Lowering petrol prices would not be a wise move for the UAE. Photo: Fatima Al Marzooqi /The National
Lowering petrol prices would not be a wise move for the UAE. Photo: Fatima Al Marzooqi /The National

Lowering fuel prices would harm economy

Suggestions by Federal National Council members that the retail price of petrol be lowered have missed the point that cheaper fuel would have a negative impact on the country's economy. As The National reported yesterday, FNC member Hamad Al Rahoomi said that the 60 per cent drop in crude oil prices worldwide should be reflected in the domestic price of petrol, which is currently the highest among the GCC states.

The recommendation looks at the issue from a consumer perspective. Every driver wants cheaper petrol and, at first glance, it would make sense for us all to benefit from the global drop in oil prices. (Despite the fact that the price is already below international market rates.) But we must look at the big picture from a national standpoint.

The economy remains dependent on oil exports as a major source of income. Despite myriad efforts to diversify energy sources, the government still uses huge quantities of fossil fuels to desalinate water and generate electricity. Heavy subsidies also create an environment where conservation of energy resources is not a pressing issue. Our national priority must be to export as much of our fossil fuels as possible – after all, there is an opportunity cost to using subsidised fuel, it means we do not reap the financial rewards of selling that fuel abroad.

While we may pay more than the average price for petrol among GCC states – with a price closer to the current rate in the United States – pump prices still remain among the cheapest in the developed world. Consumers in the UAE pay less than half of the global average price for a litre of petrol. Put simply, lowering petrol prices would increase the level of consumption,the opposite of what the government is trying to achieve.

The only logical thing to do now with crude oil prices falling, as we argued on these pages before, is to reduce fuel subsidies and strengthen oil conservation efforts to ensure that oil is available in the future. The current low oil prices provide the UAE with the opportunity to re-evaluate its fuel subsidy policy – to either reduce government subsidies or remove them completely – because the effect of such a move will hardly be felt in the current circumstances. It's important to think about the interests of the country, not individual motorists' pockets.

Sly Cooper and the Thievius Raccoonus

Developer: Sucker Punch Productions
Publisher: Sony Computer Entertainment
Console: PlayStation 2 to 5
Rating: 5/5

The specs

Engine: 4.0-litre flat 6-cylinder
Transmission: 7-speed PDK
Power: 500hp
Torque: 450Nm
Price: Dh530,300 as tested
On sale: Now


Director: Matthew Vaughn

Starring: Bryce Dallas Howard, Sam Rockwell, John Cena

Rating: 3/5

The specs

Engine: 4-cylinder 2.0L TSI
Transmission: Dual clutch 7-speed
Power: 320HP / 235kW
Torque: 400Nm
Price: from $49,709
On sale: now

Email sent to Uber team from chief executive Dara Khosrowshahi

From: Dara

To: Team@

Date: March 25, 2019 at 11:45pm PT

Subj: Accelerating in the Middle East

Five years ago, Uber launched in the Middle East. It was the start of an incredible journey, with millions of riders and drivers finding new ways to move and work in a dynamic region that’s become so important to Uber. Now Pakistan is one of our fastest-growing markets in the world, women are driving with Uber across Saudi Arabia, and we chose Cairo to launch our first Uber Bus product late last year.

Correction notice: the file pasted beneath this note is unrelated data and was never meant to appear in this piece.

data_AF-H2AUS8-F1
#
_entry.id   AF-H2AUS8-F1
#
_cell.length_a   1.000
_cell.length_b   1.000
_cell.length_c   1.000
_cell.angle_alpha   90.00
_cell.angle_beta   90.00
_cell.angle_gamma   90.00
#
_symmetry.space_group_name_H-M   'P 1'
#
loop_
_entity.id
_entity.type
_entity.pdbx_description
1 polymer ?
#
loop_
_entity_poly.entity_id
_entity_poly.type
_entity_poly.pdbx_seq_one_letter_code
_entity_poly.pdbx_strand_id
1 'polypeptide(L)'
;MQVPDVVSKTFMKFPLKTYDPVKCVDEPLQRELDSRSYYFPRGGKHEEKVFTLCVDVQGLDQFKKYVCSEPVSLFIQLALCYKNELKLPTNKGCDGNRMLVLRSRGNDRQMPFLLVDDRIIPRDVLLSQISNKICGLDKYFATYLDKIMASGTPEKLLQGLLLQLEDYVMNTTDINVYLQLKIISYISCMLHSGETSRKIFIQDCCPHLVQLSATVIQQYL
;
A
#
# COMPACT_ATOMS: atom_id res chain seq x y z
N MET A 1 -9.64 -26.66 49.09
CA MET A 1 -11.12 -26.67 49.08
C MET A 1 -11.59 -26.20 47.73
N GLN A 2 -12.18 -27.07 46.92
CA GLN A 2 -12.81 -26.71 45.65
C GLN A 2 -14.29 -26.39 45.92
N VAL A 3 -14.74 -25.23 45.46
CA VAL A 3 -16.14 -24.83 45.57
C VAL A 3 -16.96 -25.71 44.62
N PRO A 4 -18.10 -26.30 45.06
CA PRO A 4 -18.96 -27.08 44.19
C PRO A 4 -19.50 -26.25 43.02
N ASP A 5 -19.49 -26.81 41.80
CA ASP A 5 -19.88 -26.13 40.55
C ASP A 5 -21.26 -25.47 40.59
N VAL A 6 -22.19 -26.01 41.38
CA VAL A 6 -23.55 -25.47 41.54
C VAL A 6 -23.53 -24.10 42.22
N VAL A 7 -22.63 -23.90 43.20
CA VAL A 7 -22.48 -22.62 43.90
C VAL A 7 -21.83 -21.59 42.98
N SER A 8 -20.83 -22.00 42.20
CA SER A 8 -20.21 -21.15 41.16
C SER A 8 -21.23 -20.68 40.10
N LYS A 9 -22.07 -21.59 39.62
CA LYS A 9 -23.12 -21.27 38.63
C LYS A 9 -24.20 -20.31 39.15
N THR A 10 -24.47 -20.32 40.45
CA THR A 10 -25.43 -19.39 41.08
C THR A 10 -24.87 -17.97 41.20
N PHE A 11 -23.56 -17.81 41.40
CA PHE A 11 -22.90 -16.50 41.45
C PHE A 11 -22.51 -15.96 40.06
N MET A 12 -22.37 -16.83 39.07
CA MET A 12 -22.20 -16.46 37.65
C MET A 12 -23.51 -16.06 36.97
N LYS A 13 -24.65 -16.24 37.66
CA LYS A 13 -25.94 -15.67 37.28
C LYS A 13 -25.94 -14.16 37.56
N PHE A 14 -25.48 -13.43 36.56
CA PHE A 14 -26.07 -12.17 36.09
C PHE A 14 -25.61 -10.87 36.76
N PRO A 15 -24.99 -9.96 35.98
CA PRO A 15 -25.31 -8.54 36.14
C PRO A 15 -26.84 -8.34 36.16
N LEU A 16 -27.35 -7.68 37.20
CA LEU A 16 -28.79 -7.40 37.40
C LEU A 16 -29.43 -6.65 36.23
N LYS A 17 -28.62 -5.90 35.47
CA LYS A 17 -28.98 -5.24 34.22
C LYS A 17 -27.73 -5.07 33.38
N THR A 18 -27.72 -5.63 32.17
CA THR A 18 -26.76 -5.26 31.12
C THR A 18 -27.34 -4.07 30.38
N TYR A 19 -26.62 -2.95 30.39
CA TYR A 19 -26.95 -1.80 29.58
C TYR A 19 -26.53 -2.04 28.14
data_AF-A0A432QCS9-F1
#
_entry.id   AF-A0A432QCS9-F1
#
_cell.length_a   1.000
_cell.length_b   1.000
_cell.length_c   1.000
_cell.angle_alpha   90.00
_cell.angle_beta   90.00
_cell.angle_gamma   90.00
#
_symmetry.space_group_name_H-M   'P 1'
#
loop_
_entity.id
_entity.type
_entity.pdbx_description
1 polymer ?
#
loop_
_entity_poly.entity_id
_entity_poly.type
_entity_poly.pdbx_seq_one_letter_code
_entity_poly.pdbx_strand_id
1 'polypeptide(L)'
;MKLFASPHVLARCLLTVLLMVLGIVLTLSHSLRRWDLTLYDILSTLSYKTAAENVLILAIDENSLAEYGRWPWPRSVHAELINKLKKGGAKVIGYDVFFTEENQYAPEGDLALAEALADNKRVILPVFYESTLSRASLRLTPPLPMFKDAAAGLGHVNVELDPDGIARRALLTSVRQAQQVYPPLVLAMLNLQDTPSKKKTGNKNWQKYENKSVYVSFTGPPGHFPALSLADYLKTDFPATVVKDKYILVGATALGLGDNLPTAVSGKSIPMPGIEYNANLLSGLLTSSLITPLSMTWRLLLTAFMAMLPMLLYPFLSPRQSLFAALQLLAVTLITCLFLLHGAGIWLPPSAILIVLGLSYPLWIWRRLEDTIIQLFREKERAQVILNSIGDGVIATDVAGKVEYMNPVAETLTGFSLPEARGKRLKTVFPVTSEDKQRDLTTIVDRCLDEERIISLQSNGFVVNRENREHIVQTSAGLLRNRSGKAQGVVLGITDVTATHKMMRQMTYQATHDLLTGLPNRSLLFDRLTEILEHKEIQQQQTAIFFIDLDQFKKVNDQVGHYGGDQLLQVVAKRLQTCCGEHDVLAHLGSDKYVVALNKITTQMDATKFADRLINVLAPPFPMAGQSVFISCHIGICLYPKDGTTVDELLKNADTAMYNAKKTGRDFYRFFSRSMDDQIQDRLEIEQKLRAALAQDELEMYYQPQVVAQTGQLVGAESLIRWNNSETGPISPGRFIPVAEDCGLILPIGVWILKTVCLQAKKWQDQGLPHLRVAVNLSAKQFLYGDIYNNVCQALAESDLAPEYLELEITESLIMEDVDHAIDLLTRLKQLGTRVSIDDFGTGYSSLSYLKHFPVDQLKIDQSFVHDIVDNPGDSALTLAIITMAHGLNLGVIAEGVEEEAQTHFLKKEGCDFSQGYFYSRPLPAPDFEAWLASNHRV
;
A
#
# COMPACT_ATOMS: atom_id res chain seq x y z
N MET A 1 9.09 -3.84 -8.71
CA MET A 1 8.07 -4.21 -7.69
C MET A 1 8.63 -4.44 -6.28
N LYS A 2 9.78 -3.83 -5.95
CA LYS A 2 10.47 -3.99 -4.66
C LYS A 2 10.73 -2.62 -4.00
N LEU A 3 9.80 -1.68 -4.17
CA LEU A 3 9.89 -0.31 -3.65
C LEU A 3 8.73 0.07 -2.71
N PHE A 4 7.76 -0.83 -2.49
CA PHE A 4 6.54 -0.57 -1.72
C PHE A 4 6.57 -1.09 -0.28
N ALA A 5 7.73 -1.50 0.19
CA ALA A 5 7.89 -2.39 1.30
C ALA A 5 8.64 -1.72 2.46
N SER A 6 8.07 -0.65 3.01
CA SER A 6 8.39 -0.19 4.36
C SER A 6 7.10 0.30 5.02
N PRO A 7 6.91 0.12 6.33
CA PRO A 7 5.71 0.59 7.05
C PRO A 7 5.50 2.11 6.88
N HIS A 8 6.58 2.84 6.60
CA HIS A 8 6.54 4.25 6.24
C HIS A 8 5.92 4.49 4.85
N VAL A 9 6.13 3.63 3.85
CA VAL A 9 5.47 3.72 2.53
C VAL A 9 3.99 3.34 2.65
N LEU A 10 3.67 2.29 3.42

Today we are taking the next step in this journey—well, it’s more like a leap, and a big one: in a few minutes, we’ll announce that we’ve agreed to acquire Careem. Importantly, we intend to operate Careem independently, under the leadership of co-founder and current CEO Mudassir Sheikha. I’ve gotten to know both co-founders, Mudassir and Magnus Olsson, and what they have built is truly extraordinary. They are first-class entrepreneurs who share our platform vision and, like us, have launched a wide range of products—from digital payments to food delivery—to serve consumers.

I expect many of you will ask how we arrived at this structure, meaning allowing Careem to maintain an independent brand and operate separately. After careful consideration, we decided that this framework has the advantage of letting us build new products and try new ideas across not one, but two, strong brands, with strong operators within each. Over time, by integrating parts of our networks, we can operate more efficiently, achieve even lower wait times, expand new products like high-capacity vehicles and payments, and quicken the already remarkable pace of innovation in the region.

This acquisition is subject to regulatory approval in various countries, which we don’t expect before Q1 2020. Until then, nothing changes. And since both companies will continue to largely operate separately after the acquisition, very little will change in either teams’ day-to-day operations post-close. Today’s news is a testament to the incredible business our team has worked so hard to build.

It’s a great day for the Middle East, for the region’s thriving tech sector, for Careem, and for Uber.

Uber on,


The specs

Engine: 1.8-litre 4-cyl turbo
Power: 190hp at 5,200rpm
Torque: 320Nm from 1,800-5,000rpm
Transmission: Seven-speed dual-clutch auto
Fuel consumption: 6.7L/100km
Price: From Dh111,195
On sale: Now


Started: 2018

Founders: Eslam Hussein and Pulkit Ganjoo

Based: Dubai

Sector: Transport

Size: 9 employees

Investment: $1,275,000

Investors: Class 5 Global, Equitrust, Gulf Islamic Investments, Kairos K50 and William Zeqiri